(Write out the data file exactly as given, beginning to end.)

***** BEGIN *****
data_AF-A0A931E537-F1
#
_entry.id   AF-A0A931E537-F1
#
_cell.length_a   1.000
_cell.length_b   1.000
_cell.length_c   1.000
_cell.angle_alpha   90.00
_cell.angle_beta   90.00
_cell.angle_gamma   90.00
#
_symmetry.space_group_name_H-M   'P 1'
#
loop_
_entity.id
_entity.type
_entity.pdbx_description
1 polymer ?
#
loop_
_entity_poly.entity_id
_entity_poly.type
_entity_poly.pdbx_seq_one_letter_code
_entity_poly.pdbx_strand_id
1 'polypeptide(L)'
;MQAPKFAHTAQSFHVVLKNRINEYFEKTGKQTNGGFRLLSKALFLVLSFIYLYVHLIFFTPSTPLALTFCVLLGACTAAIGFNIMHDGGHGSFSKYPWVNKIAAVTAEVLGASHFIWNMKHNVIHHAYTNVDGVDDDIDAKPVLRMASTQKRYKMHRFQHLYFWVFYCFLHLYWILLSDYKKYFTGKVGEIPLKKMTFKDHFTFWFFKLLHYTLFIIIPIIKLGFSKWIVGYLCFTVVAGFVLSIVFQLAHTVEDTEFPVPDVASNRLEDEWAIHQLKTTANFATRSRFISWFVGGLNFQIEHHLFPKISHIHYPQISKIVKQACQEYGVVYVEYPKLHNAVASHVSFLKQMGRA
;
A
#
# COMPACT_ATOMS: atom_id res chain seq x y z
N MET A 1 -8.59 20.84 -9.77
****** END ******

data_AF-A0A931E537-F1
#
_entry.id   AF-A0A931E537-F1
#
_cell.length_a   1.000
_cell.length_b   1.000
_cell.length_c   1.000
_cell.angle_alpha   90.00
_cell.angle_beta   90.00
_cell.angle_gamma   90.00
#
_symmetry.space_group_name_H-M   'P 1'
#
loop_
_entity.id
_entity.type
_entity.pdbx_description
1 polymer ?
#
loop_
_entity_poly.entity_id
_entity_poly.type
_entity_poly.pdbx_seq_one_letter_code
_entity_poly.pdbx_strand_id
1 'polypeptide(L)'
;MQAPKFAHTAQSFHVVLKNRINEYFEKTGKQTNGGFRLLSKALFLVLSFIYLYVHLIFFTPSTPLALTFCVLLGACTAAIGFNIMHDGGHGSFSKYPWVNKIAAVTAEVLGASHFIWNMKHNVIHHAYTNVDGVDDDIDAKPVLRMASTQKRYKMHRFQHLYFWVFYCFLHLYWILLSDYKKYFTGKVGEIPLKKMTFKDHFTFWFFKLLHYTLFIIIPIIKLGFSKWIVGYLCFTVVAGFVLSIVFQLAHTVEDTEFPVPDVASNRLEDEWAIHQLKTTANFATRSRFISWFVGGLNFQIEHHLFPKISHIHYPQISKIVKQACQEYGVVYVEYPKLHNAVASHVSFLKQMGRA
;
A
#
# COMPACT_ATOMS: atom_id res chain seq x y z
N MET A 1 -8.59 20.84 -9.77